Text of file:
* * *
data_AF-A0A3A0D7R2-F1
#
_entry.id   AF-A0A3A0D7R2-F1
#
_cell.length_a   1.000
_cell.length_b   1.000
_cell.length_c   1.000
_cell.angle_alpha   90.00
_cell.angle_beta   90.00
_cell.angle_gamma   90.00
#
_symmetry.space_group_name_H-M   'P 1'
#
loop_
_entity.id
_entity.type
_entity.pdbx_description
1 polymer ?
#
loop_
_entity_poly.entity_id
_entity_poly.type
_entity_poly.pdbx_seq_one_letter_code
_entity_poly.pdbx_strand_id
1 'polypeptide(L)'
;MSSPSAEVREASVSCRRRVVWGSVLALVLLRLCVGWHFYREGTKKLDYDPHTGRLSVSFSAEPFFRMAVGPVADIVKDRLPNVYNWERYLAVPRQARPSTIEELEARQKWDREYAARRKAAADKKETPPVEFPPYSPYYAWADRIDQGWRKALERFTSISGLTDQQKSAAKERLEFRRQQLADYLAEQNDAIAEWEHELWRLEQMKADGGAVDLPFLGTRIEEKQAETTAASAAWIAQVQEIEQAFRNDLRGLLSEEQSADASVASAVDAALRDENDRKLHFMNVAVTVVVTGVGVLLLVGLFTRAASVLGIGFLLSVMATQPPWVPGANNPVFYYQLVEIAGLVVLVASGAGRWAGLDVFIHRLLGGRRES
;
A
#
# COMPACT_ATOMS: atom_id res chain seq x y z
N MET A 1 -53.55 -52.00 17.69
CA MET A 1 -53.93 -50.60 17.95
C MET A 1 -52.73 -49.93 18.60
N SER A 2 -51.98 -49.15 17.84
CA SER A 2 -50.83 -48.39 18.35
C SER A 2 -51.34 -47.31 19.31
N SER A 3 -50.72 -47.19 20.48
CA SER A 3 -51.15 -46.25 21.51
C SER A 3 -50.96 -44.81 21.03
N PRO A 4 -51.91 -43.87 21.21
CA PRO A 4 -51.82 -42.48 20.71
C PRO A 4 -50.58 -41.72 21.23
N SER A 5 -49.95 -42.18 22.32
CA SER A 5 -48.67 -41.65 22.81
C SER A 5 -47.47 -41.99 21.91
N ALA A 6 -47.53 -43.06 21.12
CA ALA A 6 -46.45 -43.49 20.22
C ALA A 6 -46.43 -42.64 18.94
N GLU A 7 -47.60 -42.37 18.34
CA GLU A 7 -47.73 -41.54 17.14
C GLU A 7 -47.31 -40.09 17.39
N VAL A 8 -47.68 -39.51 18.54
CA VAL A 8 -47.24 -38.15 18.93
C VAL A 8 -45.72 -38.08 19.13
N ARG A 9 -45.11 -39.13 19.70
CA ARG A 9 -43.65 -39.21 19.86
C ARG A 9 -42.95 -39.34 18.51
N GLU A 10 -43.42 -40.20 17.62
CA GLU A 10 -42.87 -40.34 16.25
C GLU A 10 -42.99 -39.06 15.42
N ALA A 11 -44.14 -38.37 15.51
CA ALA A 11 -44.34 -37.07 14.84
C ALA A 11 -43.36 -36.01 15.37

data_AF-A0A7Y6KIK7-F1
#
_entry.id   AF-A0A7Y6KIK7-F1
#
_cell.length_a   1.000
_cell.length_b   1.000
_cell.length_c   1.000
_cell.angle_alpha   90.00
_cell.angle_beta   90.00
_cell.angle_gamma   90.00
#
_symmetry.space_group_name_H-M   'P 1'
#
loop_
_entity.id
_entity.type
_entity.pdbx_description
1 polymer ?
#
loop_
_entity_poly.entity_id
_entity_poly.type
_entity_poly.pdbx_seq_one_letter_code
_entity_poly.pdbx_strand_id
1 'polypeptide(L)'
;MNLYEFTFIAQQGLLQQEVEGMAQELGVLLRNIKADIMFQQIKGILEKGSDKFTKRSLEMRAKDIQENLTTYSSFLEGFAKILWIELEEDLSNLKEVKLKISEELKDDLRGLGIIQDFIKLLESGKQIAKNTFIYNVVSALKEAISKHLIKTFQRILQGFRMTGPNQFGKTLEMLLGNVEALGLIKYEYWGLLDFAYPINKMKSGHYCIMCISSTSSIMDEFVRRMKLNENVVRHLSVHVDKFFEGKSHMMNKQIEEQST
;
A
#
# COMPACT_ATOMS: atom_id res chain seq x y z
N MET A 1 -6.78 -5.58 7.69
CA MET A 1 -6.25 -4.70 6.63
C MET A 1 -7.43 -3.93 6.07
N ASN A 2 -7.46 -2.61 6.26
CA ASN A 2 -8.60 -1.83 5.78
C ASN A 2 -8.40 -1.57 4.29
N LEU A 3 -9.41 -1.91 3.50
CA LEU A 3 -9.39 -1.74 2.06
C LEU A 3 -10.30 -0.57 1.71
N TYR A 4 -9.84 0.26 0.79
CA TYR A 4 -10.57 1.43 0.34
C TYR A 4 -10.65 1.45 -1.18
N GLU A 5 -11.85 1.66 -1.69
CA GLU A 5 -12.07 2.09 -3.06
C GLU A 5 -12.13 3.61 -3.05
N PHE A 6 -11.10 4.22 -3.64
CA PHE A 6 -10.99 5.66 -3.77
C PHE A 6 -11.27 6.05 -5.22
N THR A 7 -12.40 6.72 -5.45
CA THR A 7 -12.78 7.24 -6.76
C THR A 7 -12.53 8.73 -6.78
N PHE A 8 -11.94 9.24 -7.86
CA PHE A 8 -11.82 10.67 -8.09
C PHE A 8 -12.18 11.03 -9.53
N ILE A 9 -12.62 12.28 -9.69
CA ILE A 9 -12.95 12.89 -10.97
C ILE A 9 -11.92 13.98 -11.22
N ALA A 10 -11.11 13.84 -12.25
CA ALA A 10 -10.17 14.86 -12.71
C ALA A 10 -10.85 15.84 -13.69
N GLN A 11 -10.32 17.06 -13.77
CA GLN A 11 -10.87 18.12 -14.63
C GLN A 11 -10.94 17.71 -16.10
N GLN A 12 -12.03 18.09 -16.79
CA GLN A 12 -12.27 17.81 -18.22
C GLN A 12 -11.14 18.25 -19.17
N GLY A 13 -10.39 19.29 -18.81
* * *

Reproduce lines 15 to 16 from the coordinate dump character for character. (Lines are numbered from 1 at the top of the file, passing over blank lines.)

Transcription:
_entity.id
_entity.type